In 1991, “Point Break” highlighted a group of surfers who doubled as bank robbers sporting masks of former presidents. Now, “The Town” features a rag-tag crew of bank robbers with an array of costumes (I think I liked the nun outfits the best). Ben Affleck’s second directorial feature is proof that some people can redeem their reputations and develop a new niche for themselves.
Doug MacRay (Ben Affleck) and James Coughlin (Jeremy Renner) were born into a life of crime. It’s tough to create your own path in life when your parents don’t allow you to leave their shadows, and in the case of our leading stars from Charlestown, Massachusetts, bank heists and petty crime are as common as playing hockey at the rec center. The story jumps right in as they take a hostage, bank teller, Claire Keesey (Rebecca Hall), during a robbery in the opening scene. After they let her go, Doug follows her to make sure she doesn’t know anything. But our tragic hero is a glutton for punishment and he falls in love. Doug wants out of the business but his best friend, James, who spent nine years in prison for manslaughter, won’t let Doug leave. Meanwhile, FBI agent, Adam Frawley (Jon Hamm), is developing a strong case against Doug and his crew. Also in the mix is James’ sister, Krista (Blake Lively), who’s a drug addict, single mother and occasional sex partner of Doug.
“The Town” comes close to cliché but changes the genre formula just enough to bring us back to the early days of crime films when it was easier to find sympathy for the devil. Doug’s an easy guy to love. He doesn’t kill and seems to care for the community. The people we don’t like are the really bad guys — the killers — and people in the FBI. You can’t like “the Man” when you’re watching a crime film. It ain’t the way of things. His strained relationship with Dad (Chris Carter), due to jail time, creates a clear-cut psych profile on why he’s a criminal, and the local crime boss, Fergie the Florist (Pete Postlethwaite), doesn’t make things easy for someone who wants out. Nature versus nurture is the point here, and the film actually doesn’t cop out at the end by becoming a conservative tale of morality after letting us watch villainous characters for two hours.
I’m surprised by how much I enjoyed this film. Affleck’s directorial debut, “Gone Baby Gone”, was a strong dramatic feature but it didn’t have any lasting value. “The Town” tells a much more epic story with all the bells and whistles: car chases, gunfights and a dash of romance and betrayal. Get ready for Shakespearian tragedy — just replace the poetic language with Boston accents and bad grammar.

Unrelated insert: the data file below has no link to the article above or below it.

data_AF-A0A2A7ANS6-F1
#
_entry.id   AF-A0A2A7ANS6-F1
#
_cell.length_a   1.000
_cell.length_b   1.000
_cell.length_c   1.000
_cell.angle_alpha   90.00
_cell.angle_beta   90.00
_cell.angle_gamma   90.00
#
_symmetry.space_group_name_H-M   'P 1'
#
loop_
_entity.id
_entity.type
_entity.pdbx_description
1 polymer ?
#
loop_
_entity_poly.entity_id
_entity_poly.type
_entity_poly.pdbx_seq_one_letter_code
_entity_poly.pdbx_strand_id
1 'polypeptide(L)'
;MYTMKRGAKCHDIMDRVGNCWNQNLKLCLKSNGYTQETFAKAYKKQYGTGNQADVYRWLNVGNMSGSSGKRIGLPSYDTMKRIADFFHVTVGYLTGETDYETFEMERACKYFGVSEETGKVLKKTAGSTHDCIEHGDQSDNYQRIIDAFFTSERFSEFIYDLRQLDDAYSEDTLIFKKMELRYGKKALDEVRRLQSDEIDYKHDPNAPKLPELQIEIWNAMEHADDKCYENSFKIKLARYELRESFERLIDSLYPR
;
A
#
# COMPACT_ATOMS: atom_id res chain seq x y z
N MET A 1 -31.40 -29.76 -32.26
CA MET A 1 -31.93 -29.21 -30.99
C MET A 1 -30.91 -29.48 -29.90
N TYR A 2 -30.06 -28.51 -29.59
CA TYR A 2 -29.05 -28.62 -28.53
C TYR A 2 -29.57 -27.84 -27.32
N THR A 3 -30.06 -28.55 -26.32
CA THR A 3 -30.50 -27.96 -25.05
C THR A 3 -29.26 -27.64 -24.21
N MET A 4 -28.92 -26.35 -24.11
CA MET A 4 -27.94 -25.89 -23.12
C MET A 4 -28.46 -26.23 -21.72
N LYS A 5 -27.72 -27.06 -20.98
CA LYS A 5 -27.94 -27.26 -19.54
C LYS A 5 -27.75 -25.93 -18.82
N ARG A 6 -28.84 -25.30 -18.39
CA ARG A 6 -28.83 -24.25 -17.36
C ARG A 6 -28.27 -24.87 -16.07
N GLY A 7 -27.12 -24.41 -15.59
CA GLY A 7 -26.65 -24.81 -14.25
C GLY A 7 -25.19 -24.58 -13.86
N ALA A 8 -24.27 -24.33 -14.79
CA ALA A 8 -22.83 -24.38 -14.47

This doesn’t feel like a normal Ben Affleck film. He’s not trying to woo an A-list beauty with his Abercrombie charm. Instead, he’s a timid man filled with regret, who greatly wants to leave behind his criminal life and find peace. Imagine a sequel to his role as Chuckie in “Good Will Hunting”, where he finally decides that he should be looking for a better life as well.
Coming off an Oscar nominated performance in “The Hurt Locker”, Jeremy Renner tries out a thick Boston accent, also returning to his earlier acting days as the anti-hero. He’s pretty caricatured as the best friend gone bad, but he plays the cliché well. “Gossip Girl” star, Blake Lively, tries out method acting, taking on a role as a mumbling junkie with too much love for the wrong man. The surprise here is it works. Lively, not exactly known for taking on memorable acting roles, proves she’s got some acting chops, even if she spends most of her time dolled up for CW tweens and prepping for the next scandalous billboard ad campaign.
The critical rave surrounding this one is pretty high, but I wouldn’t feel right saying it’s Oscar-worthy. After all, it is a genre film with some pretty predictable elements…but, so help me, Oscar does love those crime films, even when fresh ideas may be more deserving.
“The Town” is receiving quite a bit of positive reception, and why not? It’s the first strong film in some time.
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